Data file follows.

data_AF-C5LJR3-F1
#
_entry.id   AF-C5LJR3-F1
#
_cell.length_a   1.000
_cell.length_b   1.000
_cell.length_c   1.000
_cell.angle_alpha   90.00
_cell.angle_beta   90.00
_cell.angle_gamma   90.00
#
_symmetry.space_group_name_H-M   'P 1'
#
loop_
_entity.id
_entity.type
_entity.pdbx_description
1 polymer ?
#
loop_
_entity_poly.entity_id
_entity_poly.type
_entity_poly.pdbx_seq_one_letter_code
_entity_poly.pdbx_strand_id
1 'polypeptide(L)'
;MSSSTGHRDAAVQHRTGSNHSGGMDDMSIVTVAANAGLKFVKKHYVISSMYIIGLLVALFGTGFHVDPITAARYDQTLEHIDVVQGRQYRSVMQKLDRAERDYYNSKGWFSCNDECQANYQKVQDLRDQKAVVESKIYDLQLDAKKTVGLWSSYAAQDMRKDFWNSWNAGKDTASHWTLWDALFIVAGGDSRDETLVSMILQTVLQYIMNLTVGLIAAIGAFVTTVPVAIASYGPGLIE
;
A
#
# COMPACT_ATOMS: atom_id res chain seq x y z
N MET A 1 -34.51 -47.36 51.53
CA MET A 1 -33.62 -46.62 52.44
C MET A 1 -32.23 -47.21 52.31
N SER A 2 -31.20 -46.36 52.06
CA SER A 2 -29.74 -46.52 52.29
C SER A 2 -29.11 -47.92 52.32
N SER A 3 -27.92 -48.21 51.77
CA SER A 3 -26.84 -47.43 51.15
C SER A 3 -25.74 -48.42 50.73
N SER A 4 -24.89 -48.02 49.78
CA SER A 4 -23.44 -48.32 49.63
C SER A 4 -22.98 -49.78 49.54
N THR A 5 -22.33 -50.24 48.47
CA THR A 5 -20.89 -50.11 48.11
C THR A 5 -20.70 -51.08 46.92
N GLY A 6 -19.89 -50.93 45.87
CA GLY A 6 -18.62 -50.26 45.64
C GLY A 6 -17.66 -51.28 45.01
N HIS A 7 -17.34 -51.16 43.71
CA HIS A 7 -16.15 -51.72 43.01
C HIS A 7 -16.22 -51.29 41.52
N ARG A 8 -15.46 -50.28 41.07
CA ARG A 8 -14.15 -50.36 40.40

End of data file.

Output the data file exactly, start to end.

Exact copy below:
data_AF-C5LJR3-F1
#
_entry.id   AF-C5LJR3-F1
#
_cell.length_a   1.000
_cell.length_b   1.000
_cell.length_c   1.000
_cell.angle_alpha   90.00
_cell.angle_beta   90.00
_cell.angle_gamma   90.00
#
_symmetry.space_group_name_H-M   'P 1'
#
loop_
_entity.id
_entity.type
_entity.pdbx_description
1 polymer ?
#
loop_
_entity_poly.entity_id
_entity_poly.type
_entity_poly.pdbx_seq_one_letter_code
_entity_poly.pdbx_strand_id
1 'polypeptide(L)'
;MSSSTGHRDAAVQHRTGSNHSGGMDDMSIVTVAANAGLKFVKKHYVISSMYIIGLLVALFGTGFHVDPITAARYDQTLEHIDVVQGRQYRSVMQKLDRAERDYYNSKGWFSCNDECQANYQKVQDLRDQKAVVESKIYDLQLDAKKTVGLWSSYAAQDMRKDFWNSWNAGKDTASHWTLWDALFIVAGGDSRDETLVSMILQTVLQYIMNLTVGLIAAIGAFVTTVPVAIASYGPGLIE
;
A
#
# COMPACT_ATOMS: atom_id res chain seq x y z
N MET A 1 -34.51 -47.36 51.53
CA MET A 1 -33.62 -46.62 52.44
C MET A 1 -32.23 -47.21 52.31
N SER A 2 -31.20 -46.36 52.06
CA SER A 2 -29.74 -46.52 52.29
C SER A 2 -29.11 -47.92 52.32
N SER A 3 -27.92 -48.21 51.77
CA SER A 3 -26.84 -47.43 51.15
C SER A 3 -25.74 -48.42 50.73
N SER A 4 -24.89 -48.02 49.78
CA SER A 4 -23.44 -48.32 49.63
C SER A 4 -22.98 -49.78 49.54
N THR A 5 -22.33 -50.24 48.47
CA THR A 5 -20.89 -50.11 48.11
C THR A 5 -20.70 -51.08 46.92
N GLY A 6 -19.89 -50.93 45.87
CA GLY A 6 -18.62 -50.26 45.64
C GLY A 6 -17.66 -51.28 45.01
N HIS A 7 -17.34 -51.16 43.71
CA HIS A 7 -16.15 -51.72 43.01
C HIS A 7 -16.22 -51.29 41.52
N ARG A 8 -15.46 -50.28 41.07
CA ARG A 8 -14.15 -50.36 40.40